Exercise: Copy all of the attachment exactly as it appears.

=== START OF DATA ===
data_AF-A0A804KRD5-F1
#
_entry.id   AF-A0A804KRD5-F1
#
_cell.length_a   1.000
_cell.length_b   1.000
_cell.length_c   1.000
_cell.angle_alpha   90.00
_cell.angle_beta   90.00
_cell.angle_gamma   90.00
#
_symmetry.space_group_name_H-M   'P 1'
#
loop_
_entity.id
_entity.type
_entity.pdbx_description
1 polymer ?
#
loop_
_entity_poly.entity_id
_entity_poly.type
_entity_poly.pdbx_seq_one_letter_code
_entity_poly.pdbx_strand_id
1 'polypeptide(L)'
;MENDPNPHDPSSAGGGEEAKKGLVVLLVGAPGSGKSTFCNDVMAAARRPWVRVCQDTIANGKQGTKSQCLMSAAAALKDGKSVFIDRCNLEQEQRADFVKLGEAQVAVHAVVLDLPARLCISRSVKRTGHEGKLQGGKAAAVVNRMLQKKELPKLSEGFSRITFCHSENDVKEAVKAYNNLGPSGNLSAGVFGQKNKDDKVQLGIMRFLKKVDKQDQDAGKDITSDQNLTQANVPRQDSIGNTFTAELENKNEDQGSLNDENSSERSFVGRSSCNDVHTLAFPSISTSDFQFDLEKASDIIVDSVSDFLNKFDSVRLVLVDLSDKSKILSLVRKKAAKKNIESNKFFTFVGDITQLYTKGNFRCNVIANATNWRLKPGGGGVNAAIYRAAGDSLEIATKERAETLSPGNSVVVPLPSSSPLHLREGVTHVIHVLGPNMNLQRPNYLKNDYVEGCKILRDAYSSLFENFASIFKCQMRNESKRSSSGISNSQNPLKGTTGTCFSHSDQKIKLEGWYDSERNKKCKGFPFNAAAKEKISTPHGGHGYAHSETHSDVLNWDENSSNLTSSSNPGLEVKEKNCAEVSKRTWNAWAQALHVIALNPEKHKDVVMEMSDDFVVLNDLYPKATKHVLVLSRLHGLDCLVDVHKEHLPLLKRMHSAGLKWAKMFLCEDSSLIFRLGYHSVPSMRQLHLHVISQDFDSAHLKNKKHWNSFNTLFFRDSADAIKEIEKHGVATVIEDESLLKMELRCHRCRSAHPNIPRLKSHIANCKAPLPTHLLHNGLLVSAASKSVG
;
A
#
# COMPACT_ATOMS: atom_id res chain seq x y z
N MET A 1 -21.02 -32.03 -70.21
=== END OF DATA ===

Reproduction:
data_AF-A0A804KRD5-F1
#
_entry.id   AF-A0A804KRD5-F1
#
_cell.length_a   1.000
_cell.length_b   1.000
_cell.length_c   1.000
_cell.angle_alpha   90.00
_cell.angle_beta   90.00
_cell.angle_gamma   90.00
#
_symmetry.space_group_name_H-M   'P 1'
#
loop_
_entity.id
_entity.type
_entity.pdbx_description
1 polymer ?
#
loop_
_entity_poly.entity_id
_entity_poly.type
_entity_poly.pdbx_seq_one_letter_code
_entity_poly.pdbx_strand_id
1 'polypeptide(L)'
;MENDPNPHDPSSAGGGEEAKKGLVVLLVGAPGSGKSTFCNDVMAAARRPWVRVCQDTIANGKQGTKSQCLMSAAAALKDGKSVFIDRCNLEQEQRADFVKLGEAQVAVHAVVLDLPARLCISRSVKRTGHEGKLQGGKAAAVVNRMLQKKELPKLSEGFSRITFCHSENDVKEAVKAYNNLGPSGNLSAGVFGQKNKDDKVQLGIMRFLKKVDKQDQDAGKDITSDQNLTQANVPRQDSIGNTFTAELENKNEDQGSLNDENSSERSFVGRSSCNDVHTLAFPSISTSDFQFDLEKASDIIVDSVSDFLNKFDSVRLVLVDLSDKSKILSLVRKKAAKKNIESNKFFTFVGDITQLYTKGNFRCNVIANATNWRLKPGGGGVNAAIYRAAGDSLEIATKERAETLSPGNSVVVPLPSSSPLHLREGVTHVIHVLGPNMNLQRPNYLKNDYVEGCKILRDAYSSLFENFASIFKCQMRNESKRSSSGISNSQNPLKGTTGTCFSHSDQKIKLEGWYDSERNKKCKGFPFNAAAKEKISTPHGGHGYAHSETHSDVLNWDENSSNLTSSSNPGLEVKEKNCAEVSKRTWNAWAQALHVIALNPEKHKDVVMEMSDDFVVLNDLYPKATKHVLVLSRLHGLDCLVDVHKEHLPLLKRMHSAGLKWAKMFLCEDSSLIFRLGYHSVPSMRQLHLHVISQDFDSAHLKNKKHWNSFNTLFFRDSADAIKEIEKHGVATVIEDESLLKMELRCHRCRSAHPNIPRLKSHIANCKAPLPTHLLHNGLLVSAASKSVG
;
A
#
# COMPACT_ATOMS: atom_id res chain seq x y z
N MET A 1 -21.02 -32.03 -70.21